John Matthew Rogers is a senior who has been on our baseball team since half-way through his freshman year. “I was probably seven years old when I started playing baseball,” said Rogers. “I skipped tee-ball and went straight to pitching machine. When I was at North Little Rock (NLR) my freshmen year, baseball tryouts were right before Christmas break. I made the varsity team for NLR and right after that I transferred here, so I was pretty mad. Luckily, I had been going to the Catholic High baseball camp since I was like 10. Coach Strube knew who I was, so when he heard about me transferring, he told me I could just start coming to practice.”

Rogers was technically ineligible to play his first year because he transferred to a private school. “Mr. Strassle asked for a waiver for me to play varsity because I was a freshman. Even though I transferred to a private school, I hadn’t played a high school sport yet, so I wasn’t ineligible. I was on varsity and that was really exciting because I didn’t think I would be able to play at all, but I was actually able to bat. We were really good that year with the graduating class of 2016. We made it to the semifinals in the state tournament, but we lost in the eleventh inning to Conway. It was the most fun but also the most devastating baseball game I’ve ever been a part of,” said Rogers.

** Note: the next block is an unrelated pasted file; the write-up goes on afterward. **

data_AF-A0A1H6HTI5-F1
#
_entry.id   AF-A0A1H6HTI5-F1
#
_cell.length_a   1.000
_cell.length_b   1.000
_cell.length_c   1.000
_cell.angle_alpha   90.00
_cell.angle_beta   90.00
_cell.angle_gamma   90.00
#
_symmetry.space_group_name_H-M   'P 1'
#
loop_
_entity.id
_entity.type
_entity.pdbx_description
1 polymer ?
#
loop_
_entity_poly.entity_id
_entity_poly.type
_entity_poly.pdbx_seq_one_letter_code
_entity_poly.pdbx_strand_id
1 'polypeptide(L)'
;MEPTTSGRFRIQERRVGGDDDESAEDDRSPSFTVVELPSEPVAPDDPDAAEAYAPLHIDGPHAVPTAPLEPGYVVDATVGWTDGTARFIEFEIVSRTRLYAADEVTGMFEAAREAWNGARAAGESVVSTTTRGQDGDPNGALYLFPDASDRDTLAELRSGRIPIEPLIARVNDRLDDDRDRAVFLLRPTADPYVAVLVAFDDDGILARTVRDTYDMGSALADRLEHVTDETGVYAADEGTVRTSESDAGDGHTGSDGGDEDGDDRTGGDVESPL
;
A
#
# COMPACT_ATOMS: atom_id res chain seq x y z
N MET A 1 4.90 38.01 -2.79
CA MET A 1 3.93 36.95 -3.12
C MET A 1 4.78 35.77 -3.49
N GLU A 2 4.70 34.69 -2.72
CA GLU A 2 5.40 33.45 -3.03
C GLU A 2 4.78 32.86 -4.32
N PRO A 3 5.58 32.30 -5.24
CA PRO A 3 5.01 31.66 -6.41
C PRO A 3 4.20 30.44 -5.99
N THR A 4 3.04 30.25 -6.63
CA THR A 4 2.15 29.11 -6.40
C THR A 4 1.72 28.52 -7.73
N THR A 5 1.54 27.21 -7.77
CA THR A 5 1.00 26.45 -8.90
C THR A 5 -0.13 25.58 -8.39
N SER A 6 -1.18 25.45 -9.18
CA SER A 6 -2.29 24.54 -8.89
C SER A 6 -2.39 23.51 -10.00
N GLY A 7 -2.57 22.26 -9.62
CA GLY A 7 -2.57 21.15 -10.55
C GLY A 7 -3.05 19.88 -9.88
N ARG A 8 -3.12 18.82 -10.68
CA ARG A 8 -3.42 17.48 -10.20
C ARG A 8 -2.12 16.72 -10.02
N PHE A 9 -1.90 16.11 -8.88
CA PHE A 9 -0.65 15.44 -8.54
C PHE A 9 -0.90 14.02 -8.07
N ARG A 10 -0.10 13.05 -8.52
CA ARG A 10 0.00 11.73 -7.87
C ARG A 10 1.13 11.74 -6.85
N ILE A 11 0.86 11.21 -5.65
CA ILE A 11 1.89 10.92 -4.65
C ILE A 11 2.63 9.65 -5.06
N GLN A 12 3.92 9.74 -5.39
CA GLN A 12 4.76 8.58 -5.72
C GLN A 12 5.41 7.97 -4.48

“I did try out my sophomore year,” said Rogers. “It’s pretty competitive and there’s a lot of guys who try out and trying to make it. I played for varsity as a freshman and so did some other people in my class, so we were able to make the team all the years after that as well.”

The team has a daily practice that lasts from 3:30 p.m. until around 6:00 p.m.  Mr. Strube said, “We set out what we are going to work on that day, then we stick to that plan and go from there. Once we get into the season, there’s mostly basic hitting and fielding that we do every day. We might also work on something we didn’t do well in the previous game that we need to work out before the next game. Every coach has his own job and responsibilities in practices. Coach Owen coaches outfielders and helps with pitchers, Coach Birch is our head pitching coach, and I do the infielders.”